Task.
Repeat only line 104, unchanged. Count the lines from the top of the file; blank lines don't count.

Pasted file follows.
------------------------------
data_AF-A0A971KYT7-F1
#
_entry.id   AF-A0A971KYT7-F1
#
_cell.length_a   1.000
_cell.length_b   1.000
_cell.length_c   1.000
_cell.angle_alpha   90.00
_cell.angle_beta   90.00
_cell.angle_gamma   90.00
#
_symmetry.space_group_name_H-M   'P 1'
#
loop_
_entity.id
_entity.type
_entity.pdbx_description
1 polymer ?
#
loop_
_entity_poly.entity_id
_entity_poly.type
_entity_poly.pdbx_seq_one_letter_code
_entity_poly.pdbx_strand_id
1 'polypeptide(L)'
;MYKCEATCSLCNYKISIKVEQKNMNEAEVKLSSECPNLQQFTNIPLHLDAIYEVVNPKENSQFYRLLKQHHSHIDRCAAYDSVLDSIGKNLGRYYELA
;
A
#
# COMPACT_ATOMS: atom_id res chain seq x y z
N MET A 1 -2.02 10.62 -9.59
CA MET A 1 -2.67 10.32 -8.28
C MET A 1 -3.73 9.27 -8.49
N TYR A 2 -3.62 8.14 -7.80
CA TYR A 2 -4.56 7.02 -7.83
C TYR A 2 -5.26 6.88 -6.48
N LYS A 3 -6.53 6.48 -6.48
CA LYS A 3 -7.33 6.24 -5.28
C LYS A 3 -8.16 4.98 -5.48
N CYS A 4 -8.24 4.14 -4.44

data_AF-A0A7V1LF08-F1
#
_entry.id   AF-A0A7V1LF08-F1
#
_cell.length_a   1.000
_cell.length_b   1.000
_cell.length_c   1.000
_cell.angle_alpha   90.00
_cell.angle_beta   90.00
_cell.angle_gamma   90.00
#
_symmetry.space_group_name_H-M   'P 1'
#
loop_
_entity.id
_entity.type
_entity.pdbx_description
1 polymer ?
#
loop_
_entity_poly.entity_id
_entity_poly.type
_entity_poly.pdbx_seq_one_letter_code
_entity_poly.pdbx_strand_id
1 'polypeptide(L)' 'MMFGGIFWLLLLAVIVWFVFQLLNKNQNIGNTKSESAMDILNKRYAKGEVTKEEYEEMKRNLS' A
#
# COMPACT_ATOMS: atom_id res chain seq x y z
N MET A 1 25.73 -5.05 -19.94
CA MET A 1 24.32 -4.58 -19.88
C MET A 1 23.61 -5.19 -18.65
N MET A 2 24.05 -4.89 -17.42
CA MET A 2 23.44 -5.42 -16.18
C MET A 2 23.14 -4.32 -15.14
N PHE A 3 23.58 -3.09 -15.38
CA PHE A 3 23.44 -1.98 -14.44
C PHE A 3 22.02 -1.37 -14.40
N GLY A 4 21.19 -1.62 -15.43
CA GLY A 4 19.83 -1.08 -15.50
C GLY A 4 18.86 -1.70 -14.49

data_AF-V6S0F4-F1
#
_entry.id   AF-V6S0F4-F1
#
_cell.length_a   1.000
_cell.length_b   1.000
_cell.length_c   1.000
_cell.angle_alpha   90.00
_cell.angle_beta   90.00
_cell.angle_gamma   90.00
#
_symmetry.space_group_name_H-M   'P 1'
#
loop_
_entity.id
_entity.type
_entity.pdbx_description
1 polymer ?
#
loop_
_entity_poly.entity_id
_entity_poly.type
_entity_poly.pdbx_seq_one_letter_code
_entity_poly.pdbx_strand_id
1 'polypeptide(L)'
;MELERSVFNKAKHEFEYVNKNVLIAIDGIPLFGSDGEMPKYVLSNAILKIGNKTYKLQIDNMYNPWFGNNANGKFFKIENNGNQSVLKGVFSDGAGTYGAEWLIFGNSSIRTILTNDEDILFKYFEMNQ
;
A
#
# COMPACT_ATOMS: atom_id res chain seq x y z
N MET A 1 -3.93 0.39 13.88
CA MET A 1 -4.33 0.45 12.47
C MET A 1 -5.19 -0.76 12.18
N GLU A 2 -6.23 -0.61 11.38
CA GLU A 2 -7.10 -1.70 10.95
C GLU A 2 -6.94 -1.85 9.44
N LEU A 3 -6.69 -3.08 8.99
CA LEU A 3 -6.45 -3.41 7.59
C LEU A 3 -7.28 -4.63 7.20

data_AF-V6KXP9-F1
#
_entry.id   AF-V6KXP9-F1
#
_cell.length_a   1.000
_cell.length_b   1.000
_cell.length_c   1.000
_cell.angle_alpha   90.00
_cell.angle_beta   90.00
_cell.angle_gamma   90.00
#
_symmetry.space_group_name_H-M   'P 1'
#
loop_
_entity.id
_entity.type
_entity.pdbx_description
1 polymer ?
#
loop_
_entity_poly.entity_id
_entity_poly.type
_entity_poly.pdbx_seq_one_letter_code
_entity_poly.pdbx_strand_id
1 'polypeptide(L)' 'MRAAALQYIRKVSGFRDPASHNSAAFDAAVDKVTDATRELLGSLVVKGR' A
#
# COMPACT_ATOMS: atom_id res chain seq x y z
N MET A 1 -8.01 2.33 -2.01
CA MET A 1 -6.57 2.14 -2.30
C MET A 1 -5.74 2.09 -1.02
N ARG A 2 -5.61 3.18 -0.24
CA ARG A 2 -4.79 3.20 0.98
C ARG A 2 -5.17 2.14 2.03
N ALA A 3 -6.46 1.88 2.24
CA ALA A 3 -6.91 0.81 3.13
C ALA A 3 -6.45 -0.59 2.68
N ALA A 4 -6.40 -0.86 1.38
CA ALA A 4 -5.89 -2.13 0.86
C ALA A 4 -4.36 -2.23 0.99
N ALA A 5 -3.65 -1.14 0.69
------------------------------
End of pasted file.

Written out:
1 'polypeptide(L)'